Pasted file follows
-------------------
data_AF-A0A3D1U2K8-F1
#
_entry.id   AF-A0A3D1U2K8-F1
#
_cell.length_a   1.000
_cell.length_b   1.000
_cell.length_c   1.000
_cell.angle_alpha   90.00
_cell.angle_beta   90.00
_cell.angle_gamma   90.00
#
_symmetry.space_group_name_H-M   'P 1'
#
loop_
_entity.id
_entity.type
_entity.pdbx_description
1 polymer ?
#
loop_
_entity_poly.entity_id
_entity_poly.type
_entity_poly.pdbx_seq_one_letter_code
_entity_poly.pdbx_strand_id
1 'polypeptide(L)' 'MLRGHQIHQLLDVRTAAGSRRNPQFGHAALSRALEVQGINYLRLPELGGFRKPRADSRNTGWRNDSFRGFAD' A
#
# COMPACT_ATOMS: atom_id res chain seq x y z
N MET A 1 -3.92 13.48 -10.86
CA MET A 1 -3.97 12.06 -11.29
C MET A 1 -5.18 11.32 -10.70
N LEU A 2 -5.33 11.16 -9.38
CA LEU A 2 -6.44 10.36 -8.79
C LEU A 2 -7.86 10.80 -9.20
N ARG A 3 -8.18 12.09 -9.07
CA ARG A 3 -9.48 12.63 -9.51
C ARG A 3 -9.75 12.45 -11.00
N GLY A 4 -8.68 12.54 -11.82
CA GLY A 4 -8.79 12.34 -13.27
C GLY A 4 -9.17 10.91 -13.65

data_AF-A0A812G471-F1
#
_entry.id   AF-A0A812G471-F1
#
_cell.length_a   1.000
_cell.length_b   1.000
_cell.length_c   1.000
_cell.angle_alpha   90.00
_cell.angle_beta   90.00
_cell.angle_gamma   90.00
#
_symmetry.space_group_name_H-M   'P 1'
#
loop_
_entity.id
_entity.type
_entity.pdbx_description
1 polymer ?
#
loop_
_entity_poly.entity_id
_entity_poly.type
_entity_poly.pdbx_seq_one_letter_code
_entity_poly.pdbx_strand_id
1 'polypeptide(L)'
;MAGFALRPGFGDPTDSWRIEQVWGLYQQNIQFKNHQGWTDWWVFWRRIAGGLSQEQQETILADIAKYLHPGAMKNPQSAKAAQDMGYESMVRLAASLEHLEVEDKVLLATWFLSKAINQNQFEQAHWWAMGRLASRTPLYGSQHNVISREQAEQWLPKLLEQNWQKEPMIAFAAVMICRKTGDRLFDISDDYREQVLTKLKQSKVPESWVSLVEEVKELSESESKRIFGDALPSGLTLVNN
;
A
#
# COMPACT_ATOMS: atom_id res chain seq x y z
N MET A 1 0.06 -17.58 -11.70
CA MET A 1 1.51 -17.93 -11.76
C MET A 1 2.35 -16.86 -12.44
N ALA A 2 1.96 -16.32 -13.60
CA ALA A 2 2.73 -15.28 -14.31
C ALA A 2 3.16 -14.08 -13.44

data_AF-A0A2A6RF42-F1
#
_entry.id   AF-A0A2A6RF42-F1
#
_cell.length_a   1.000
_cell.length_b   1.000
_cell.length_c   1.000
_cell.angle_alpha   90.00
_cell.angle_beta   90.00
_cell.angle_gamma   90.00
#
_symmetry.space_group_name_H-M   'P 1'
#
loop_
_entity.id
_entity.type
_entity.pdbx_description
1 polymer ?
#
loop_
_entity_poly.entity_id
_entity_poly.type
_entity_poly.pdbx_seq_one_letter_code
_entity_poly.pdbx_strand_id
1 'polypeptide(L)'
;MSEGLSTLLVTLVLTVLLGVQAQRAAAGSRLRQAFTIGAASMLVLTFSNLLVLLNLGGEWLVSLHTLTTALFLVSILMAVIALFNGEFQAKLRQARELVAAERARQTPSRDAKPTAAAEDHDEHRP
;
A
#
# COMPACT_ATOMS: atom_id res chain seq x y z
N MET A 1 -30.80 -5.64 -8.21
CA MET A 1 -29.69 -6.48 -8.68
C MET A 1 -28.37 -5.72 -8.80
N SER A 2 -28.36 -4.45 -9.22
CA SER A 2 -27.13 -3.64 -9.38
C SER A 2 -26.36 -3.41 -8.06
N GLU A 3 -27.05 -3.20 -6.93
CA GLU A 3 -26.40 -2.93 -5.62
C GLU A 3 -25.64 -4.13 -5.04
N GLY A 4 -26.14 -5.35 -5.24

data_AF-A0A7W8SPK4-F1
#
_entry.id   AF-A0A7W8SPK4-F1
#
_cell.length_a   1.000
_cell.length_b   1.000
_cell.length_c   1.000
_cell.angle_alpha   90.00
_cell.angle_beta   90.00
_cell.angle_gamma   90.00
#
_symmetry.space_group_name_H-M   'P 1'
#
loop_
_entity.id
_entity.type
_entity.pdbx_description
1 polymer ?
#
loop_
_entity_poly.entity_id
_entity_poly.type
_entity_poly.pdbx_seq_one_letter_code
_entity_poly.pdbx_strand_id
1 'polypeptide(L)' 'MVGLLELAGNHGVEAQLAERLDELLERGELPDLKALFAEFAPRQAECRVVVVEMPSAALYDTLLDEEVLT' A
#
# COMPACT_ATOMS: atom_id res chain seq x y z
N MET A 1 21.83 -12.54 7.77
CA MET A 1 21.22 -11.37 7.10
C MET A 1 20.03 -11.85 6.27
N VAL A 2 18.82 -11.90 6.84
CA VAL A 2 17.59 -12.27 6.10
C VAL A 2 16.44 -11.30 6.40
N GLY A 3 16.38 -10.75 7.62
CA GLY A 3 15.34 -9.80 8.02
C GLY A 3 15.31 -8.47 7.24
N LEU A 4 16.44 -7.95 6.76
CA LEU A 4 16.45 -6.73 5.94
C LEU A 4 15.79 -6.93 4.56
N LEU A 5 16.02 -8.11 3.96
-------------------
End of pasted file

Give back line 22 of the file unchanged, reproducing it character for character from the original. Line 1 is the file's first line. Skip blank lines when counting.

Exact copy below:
_entity_poly.type